Education professionals have warned that the UK's IT teaching difficulties will not be solved by simply handing out Raspberry Pi devices to every schoolchild in the UK - a stance backed by the device's creators.
The Raspberry Pi Foundation was set up with the aim of getting its devices into the hands of as many students as possible, starting later this year. The charitable organisation has received enormous publicity in recent months, after producing an ARM-based Linux computer for only £22.
The low cost of the device has meant that there have been suggestions that Raspberry Pi devices should be handed out to every UK schoolchild.
According to speakers at a Westminster Education Forum this week, it would cost just £50m to give a Raspberry Pi to every UK schoolchild - although it is worth noting that the cost could soon rise once the necessary accessories have been acquired to run all the machines.
The cost seems trivial, they argued, given the belief that the device can substantially improve digital literacy and IT understanding among children. It could also alleviate the IT skills shortage that is worrying industry.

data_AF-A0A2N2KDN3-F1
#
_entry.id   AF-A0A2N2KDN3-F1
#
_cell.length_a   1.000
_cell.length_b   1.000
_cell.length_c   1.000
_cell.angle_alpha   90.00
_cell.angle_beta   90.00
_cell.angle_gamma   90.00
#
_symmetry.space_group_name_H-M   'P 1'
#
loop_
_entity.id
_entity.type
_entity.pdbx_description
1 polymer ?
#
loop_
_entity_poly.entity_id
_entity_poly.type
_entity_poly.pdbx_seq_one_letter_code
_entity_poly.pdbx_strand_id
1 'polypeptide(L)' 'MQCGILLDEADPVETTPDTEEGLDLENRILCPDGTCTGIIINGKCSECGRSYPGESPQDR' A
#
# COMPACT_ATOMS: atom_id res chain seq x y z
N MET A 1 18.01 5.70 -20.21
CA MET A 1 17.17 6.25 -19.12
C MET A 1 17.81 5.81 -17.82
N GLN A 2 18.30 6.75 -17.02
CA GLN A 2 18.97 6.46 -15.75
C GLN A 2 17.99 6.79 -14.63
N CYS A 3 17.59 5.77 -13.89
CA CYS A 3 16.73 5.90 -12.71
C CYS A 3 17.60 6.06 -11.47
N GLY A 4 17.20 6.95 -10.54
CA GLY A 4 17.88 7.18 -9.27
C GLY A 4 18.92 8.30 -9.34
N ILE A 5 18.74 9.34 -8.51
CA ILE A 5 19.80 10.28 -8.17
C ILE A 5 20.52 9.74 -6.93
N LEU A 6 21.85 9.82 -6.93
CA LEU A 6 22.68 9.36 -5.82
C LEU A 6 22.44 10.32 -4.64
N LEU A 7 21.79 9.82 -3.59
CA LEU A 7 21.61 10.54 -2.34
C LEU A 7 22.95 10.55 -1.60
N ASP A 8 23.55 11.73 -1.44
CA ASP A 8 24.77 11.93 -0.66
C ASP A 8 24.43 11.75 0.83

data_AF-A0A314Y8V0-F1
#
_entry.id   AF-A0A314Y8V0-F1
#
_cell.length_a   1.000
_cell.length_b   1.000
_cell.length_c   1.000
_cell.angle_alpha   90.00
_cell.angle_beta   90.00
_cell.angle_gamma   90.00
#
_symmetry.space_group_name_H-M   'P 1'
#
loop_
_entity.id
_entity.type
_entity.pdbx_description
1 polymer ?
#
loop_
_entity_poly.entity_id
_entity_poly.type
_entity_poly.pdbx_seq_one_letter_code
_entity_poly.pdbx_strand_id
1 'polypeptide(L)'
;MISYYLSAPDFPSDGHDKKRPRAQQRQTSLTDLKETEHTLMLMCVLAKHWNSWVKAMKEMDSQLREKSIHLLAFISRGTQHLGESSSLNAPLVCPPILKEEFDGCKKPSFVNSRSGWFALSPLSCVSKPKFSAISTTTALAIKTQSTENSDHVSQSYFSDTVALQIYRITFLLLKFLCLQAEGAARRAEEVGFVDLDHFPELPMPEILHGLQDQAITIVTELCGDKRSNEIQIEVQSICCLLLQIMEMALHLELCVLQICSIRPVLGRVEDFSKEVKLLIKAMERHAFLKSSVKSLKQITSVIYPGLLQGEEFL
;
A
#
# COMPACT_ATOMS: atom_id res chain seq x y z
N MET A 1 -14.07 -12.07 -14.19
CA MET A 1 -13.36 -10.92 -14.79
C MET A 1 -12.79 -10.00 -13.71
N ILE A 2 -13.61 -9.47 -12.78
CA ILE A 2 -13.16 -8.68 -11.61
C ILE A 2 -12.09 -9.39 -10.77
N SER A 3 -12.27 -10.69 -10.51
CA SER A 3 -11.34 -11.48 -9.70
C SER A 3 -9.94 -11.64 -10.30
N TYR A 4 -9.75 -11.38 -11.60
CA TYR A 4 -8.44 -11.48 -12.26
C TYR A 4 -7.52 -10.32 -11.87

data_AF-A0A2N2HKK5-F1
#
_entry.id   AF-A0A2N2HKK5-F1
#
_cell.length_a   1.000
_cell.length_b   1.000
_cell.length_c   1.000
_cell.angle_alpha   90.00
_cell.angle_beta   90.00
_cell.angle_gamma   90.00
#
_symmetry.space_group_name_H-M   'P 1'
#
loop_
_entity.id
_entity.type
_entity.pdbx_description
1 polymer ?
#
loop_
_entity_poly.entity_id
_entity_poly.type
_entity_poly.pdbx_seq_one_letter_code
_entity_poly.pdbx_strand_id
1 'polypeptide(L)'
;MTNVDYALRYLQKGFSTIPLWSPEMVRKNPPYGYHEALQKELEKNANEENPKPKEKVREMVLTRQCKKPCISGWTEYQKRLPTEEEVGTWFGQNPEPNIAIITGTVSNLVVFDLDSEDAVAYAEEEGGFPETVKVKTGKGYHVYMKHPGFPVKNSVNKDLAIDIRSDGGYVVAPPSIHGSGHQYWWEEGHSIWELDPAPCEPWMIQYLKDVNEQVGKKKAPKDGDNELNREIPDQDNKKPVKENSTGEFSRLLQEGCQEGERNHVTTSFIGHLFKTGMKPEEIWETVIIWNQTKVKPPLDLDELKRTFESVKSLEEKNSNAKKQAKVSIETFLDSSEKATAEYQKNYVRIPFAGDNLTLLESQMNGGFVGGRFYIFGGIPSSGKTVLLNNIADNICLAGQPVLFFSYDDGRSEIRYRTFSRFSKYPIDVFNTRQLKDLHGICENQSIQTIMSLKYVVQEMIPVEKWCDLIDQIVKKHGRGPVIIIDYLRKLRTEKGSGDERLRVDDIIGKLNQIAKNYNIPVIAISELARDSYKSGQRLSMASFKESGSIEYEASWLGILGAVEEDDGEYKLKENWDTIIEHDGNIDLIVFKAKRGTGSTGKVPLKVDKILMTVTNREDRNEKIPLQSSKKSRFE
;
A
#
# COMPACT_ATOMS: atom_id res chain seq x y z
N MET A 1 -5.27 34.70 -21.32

But Raspberry Pi Foundation executive director Eben Upton said such proposals, especially if led by the government, risked undermining the Foundation's goals and ethos.
"On some level [handing out a Raspberry Pi device to every school child] seems a great idea, but we are more about providing the opportunity to have one than forcing it down everyone's throat. We would almost lose something if we did that," he said.
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